ZONES OF INFLUENCE All trees have radial 'zones of inuence' on buildings, that diminish the further away from the tree the construction takes place. As a rule, it is recommended that properties be built at least a distance equivalent to the tree's height away from that tree. Attempts to insert a root barrier around a construction (eg. a polypropylene or similar geomembrane) to dissuade root growth near a foundation often only cause roots to grow under and around it. Root barriers are also difficult to install, frequently compromising existing root growth, with the consequences described earlier. However, while using root barriers to block an existing tree's root system will tend not to work, installing these barriers to control a new tree's growth is more likely to be successful.

So first of all make an assessment of the ground conditions: the soil bearing, porosity, voids, root spread, etc.

Secondly, BS 5837 suggests that an aboriculturalist should be called in to identify the various trees on site, making note of all the species and locations. In reality, many building-control bodies do not need an arboricultural report on simple sites with common trees in non- problematic conditions, so it is worth discussing this early on the process. Also, be aware that with 150 million urban trees in Britain, a vegetation survey must include reference to conditions beyond the site boundary. Just because you can't see it from your site doesn't mean that it isn't going to affect what you build there. Of the seven million street trees in London alone, some 1 per cent are reputed to have been found liable for damage to properties.

The depth of the building's foundation that will be necessary to cope with soil shrinkage will depend on the type and proximity of the tree cover on and around the construction site. Bear in mind that the trees on a site might not have fully matured and it is advisable to consider their fully matured height when planning foundations.

Implementing a policy to prune or lop trees to prevent them from growing to full height is not a workable, long-term strategy for controlling the root network. A crown reduction of 70 per cent by volume (approximately 35 per cent height reduction) reduces the water draw by only a small amount and only during the year of pruning. In subsequent years the soil moisture levels return to normal. This is partly because pruning encourages shoot growth and hence larger leaves, which then make similar demands on the water absorption capacity of the root system.

The removal of trees altogether can leave significant rehydration problems in the soil. Where trees have been recently removed, foundation depths should still be designed to suit the height of the tree (see diagrams on p45). However, if the removed tree had not reached half the mature height, then the actual height can be used with NHBC guidelines to assess the foundation depth - provided that its height can be stated with some certainty.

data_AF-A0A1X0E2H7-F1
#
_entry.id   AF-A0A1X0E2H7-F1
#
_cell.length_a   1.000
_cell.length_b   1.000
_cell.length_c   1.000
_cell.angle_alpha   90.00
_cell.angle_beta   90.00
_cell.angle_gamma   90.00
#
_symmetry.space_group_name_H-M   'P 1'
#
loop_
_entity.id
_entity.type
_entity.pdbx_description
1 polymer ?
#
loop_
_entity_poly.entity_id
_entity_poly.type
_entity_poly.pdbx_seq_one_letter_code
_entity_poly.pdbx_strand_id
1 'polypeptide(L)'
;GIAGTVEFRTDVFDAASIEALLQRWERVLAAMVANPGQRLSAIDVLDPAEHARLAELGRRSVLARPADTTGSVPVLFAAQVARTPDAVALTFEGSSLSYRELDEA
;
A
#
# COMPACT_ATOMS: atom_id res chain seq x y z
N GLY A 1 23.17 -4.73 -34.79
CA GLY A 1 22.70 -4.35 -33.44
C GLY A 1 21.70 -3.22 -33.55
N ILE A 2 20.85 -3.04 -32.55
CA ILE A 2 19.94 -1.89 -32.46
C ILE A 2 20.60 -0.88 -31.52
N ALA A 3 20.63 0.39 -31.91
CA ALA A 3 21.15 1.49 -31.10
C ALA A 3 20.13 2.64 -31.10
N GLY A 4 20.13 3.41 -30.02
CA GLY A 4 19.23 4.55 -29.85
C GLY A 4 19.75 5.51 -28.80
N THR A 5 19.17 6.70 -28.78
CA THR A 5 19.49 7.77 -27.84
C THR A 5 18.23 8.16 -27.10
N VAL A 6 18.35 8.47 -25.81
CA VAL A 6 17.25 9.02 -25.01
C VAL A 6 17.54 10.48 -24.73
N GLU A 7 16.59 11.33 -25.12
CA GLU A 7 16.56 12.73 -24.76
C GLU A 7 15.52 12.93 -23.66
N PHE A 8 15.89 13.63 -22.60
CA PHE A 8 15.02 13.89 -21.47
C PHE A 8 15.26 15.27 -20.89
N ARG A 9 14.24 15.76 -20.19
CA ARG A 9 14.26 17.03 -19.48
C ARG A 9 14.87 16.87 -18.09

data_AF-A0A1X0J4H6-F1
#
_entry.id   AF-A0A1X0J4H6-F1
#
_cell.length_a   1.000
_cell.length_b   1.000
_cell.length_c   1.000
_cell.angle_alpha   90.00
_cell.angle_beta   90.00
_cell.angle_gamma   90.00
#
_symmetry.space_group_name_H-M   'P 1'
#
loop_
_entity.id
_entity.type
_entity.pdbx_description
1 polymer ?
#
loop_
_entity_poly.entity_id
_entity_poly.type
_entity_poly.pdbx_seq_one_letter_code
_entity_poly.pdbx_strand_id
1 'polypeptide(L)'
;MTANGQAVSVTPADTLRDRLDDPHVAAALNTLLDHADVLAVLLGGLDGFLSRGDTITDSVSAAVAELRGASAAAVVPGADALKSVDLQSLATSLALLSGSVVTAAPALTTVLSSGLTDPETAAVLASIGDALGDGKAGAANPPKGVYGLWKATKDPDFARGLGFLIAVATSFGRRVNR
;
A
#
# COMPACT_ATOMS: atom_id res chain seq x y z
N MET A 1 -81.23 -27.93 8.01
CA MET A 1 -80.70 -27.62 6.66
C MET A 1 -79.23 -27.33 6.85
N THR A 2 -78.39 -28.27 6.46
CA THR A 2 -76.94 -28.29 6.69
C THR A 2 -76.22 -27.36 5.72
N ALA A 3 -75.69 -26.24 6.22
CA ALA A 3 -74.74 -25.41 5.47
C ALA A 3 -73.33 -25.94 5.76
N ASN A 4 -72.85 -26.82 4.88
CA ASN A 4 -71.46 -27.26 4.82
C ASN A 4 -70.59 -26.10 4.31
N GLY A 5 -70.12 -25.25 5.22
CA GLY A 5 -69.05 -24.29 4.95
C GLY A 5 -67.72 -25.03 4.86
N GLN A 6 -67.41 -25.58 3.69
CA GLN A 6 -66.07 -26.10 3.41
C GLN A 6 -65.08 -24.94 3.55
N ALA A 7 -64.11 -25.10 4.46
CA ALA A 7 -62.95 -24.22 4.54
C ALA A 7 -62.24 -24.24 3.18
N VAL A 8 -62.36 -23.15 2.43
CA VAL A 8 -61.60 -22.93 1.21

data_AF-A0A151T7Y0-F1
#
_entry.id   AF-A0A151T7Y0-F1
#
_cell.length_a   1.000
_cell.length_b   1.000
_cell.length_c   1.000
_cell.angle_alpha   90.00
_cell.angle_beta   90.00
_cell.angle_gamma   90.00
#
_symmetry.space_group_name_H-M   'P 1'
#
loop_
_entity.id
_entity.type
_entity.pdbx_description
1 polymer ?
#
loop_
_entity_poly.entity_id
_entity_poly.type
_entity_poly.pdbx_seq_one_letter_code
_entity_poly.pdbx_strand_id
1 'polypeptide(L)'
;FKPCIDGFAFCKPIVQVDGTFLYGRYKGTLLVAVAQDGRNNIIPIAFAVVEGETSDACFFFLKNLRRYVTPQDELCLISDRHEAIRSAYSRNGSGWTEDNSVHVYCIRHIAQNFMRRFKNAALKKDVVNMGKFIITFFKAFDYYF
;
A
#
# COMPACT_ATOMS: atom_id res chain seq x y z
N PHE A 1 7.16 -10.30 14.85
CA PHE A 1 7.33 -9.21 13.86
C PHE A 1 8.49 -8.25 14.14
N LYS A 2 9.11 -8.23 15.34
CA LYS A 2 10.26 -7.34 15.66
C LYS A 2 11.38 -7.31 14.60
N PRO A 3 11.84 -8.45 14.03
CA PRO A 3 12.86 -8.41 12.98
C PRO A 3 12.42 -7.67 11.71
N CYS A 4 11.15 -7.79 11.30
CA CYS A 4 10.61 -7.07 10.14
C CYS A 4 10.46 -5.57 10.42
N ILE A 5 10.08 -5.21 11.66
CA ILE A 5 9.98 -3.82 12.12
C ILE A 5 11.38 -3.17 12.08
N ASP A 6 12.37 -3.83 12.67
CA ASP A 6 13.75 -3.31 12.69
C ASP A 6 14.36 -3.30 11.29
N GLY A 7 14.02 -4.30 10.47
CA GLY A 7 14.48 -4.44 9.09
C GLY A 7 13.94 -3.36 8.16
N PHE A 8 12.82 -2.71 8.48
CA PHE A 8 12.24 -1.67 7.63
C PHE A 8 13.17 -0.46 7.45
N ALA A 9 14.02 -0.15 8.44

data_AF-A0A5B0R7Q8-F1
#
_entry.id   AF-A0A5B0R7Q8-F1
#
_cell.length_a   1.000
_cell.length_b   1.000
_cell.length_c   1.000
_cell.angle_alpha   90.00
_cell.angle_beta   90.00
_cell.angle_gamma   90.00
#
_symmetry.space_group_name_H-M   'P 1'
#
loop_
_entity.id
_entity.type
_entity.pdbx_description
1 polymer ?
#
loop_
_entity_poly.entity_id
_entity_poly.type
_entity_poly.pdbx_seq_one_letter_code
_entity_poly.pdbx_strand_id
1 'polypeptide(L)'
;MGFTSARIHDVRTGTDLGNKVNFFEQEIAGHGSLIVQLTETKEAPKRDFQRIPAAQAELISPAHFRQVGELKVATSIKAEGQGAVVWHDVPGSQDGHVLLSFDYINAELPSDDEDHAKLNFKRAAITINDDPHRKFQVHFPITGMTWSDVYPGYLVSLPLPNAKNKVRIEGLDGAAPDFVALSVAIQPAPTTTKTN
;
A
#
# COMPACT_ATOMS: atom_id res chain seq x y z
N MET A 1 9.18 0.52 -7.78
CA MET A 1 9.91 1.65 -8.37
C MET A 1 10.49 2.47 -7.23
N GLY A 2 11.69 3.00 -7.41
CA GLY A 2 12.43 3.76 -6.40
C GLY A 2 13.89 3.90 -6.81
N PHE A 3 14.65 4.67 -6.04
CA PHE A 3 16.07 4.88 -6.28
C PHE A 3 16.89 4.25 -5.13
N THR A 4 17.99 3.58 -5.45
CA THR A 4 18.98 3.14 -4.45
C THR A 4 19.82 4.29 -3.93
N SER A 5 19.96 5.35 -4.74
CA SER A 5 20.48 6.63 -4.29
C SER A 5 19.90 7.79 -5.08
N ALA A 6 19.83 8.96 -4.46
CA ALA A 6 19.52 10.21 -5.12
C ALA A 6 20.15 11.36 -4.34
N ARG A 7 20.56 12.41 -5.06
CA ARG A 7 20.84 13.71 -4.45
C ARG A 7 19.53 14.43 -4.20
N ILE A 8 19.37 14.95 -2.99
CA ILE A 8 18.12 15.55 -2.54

The table above provides some indicative safe distances at which a standard 900mm or 750mm deep trench foundation is adequate. Where trees give rise to the need for foundation depths of up to and over 2.4m (where crossed in the table), then engineered foundation designs are recommended. The distance between trees and foundation should be identified on the table together with information about the relevant height of the tree, and the high, medium or low shrinkage nature of the soils, to enable you to read off the foundation depth. Where two or more trees influence the foundation, design and specify to the deepest requirements.

Specific conditions of trees and their ground conditions might result in an engineered solution less onerous than the ones quoted in the table. Also, exact surveys ought to reveal problematic conditions such as porous soils overlaying clay soil, underground drainage, water table height and other compensating or exacerbating factors.

The table above, however, is simply a rule-of-thumb guide to foundation depths, with a built-in contingency for certain unforeseen circumstances. Research into the actual, rather than perceived, tree action, the soil 'reaction' and the existing site conditions can be undertaken to provide real evidence of the site conditions, rather than the simplified relationship between vegetation proximity and foundation depth drafted here.

Essential reading: National House Building Council (2006) 'Building Near Trees', Chapter 4.2; BS 5837 (2005) 'Trees in Relation to Construction. Recommendations.'For further references, see the online version of this article at www. ajplus. co. uk. For more information on NBS Shortcuts visit www. thebuildingregs. com

  • Comment

Have your say

You must sign in to make a comment

Please remember that the submission of any material is governed by our Terms and Conditions and by submitting material you confirm your agreement to these Terms and Conditions.

Links may be included in your comments but HTML is not permitted.